In 2008, the government of Chile made some changes to improve the system. Ironically for those people who think we should bring the Chilean model to Canada, many of those changes have made the system in Chile more like the one we currently have here. The Chileans replaced their minimum guaranteed pension and their welfare pension with a basic pension, payable to everyone at age sixty-five, regardless of work experience. Like the Canadian Old Age Security pension, it’s funded out of general tax revenue and is taxed back from those with high incomes. Chile also undertook some changes to make the operation of individual accounts better and to subsidize the pension contributions of low-income workers. Yet private management fees remain and annuity rates are still set by the private market.
So what lessons does the Chilean experience have for us here in Canada? First, even though the management of pension funds is private, the Chilean government has been called upon to regulate these funds so that workers do not face investment risk and longevity risk without protection. Second, Chile, like Canada, has not trusted an unfettered private market to prevent poverty among the aged. It too has introduced a basic pension paid from general taxation. Both countries have apparently agreed that it’s desirable to make a modest redistribution of income by taxing the better-off to pay pensions to those less well-off. Third, the fees charged by private money managers are supposedly justified by higher investment returns at the same level of risk. The Chilean example suggests that the returns from private managers are not higher if any measures are taken to reduce risk.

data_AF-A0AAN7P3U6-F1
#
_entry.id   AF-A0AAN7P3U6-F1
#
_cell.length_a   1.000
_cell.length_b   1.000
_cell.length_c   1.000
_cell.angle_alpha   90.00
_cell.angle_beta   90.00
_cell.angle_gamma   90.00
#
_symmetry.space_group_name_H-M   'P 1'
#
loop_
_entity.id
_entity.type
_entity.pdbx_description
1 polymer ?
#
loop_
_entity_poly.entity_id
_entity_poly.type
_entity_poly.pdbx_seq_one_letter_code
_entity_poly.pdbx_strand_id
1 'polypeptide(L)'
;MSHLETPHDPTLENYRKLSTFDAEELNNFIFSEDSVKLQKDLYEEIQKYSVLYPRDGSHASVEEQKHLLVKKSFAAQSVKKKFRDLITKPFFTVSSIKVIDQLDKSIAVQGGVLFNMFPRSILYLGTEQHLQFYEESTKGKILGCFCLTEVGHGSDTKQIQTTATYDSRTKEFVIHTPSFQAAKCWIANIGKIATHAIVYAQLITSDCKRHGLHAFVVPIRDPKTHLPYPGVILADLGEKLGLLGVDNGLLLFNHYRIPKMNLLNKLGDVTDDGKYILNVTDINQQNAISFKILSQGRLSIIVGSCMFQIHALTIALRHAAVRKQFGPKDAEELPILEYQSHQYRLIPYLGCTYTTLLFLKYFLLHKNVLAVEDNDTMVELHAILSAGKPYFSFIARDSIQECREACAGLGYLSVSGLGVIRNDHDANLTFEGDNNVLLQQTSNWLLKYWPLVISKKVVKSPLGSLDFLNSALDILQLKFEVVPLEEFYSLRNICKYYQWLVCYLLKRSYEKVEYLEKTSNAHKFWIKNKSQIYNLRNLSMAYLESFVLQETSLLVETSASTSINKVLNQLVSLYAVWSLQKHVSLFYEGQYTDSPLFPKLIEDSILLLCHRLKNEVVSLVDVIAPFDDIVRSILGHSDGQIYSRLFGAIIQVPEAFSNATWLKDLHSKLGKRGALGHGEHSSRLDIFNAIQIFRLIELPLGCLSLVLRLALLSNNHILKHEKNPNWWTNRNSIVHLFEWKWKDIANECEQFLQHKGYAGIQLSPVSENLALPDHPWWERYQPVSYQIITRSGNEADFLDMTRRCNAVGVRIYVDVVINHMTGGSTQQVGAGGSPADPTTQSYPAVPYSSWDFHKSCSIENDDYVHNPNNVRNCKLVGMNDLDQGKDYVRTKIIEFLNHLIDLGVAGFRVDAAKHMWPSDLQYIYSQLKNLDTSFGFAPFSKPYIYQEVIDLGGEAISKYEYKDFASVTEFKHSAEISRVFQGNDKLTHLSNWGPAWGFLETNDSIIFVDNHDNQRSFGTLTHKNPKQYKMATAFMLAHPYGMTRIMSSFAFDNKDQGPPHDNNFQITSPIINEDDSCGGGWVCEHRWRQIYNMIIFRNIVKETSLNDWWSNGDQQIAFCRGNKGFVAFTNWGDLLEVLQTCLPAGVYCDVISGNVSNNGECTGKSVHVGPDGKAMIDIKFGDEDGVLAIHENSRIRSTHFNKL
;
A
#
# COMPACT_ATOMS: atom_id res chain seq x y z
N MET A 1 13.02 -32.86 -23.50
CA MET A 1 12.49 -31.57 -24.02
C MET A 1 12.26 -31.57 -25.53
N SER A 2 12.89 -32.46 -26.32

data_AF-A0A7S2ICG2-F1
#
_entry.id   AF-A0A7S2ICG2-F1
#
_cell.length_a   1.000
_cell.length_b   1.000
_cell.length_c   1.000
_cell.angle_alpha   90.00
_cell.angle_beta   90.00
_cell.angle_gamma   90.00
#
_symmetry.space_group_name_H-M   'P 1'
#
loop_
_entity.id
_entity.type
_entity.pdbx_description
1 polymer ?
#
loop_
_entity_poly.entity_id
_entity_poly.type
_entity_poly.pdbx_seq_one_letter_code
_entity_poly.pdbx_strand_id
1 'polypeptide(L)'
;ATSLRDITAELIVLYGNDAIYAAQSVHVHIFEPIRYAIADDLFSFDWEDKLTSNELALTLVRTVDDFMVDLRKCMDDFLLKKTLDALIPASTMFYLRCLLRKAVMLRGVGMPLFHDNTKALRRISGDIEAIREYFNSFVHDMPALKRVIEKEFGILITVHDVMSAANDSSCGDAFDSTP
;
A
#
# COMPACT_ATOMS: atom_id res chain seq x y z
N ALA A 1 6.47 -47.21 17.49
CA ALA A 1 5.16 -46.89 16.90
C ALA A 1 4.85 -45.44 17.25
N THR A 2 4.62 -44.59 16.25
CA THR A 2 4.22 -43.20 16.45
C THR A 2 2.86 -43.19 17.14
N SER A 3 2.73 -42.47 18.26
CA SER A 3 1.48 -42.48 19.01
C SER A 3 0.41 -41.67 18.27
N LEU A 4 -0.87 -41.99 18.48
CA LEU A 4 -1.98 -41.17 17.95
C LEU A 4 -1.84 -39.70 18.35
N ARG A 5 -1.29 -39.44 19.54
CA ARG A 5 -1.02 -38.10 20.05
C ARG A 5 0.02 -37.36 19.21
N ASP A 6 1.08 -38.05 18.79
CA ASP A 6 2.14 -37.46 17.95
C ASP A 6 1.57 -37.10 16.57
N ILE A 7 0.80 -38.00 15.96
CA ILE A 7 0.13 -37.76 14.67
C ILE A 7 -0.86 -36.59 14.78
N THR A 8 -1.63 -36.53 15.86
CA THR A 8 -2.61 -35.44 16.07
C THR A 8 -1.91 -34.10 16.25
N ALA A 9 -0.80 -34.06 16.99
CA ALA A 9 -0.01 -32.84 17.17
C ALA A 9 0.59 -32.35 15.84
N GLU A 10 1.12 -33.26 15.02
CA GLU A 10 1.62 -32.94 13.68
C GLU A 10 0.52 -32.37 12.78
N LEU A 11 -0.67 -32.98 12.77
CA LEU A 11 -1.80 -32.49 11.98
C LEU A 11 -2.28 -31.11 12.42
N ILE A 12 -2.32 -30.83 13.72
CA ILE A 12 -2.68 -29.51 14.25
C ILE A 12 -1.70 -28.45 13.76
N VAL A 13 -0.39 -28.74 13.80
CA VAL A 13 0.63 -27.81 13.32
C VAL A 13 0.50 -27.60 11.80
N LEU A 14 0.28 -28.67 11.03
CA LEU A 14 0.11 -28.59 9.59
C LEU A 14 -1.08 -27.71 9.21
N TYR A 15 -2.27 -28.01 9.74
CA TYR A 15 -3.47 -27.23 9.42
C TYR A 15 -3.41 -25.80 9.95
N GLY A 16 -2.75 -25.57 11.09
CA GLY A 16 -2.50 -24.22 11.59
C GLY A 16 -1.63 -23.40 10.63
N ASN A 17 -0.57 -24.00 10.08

We should explain why that last point is important. Some advocates of the Chilean model for Canada argue that the Chilean results are distorted because their money managers are restricted in the range of investments they can make. Reduce the restrictions, they say, and the returns will be higher. That’s fine, except restrictions on money managers are generally intended to reduce investment risk. Most of us would probably say it’s okay for individuals to take risks voluntarily when they can afford to do so, in order to seek higher rewards. But most wage earners don’t have the flexibility of high income to take such risks. Shouldn’t they have a good chance to secure their retirement income with reasonable returns and less risk?
The way to do that, of course, is with a scheme that requires contributions from both employers and employees, makes some provision for years out of work, and combines many workers or “investors” in one plan. In that way, the risks and gains are shared, and the ups and downs in both are smoothed out.
Excerpt from Pension Confidential:50 things you don’t know about your pension and investments. By Robert Drummond & Chris Roberts. Reprinted by permission of James Lorimer & Company, Ltd.
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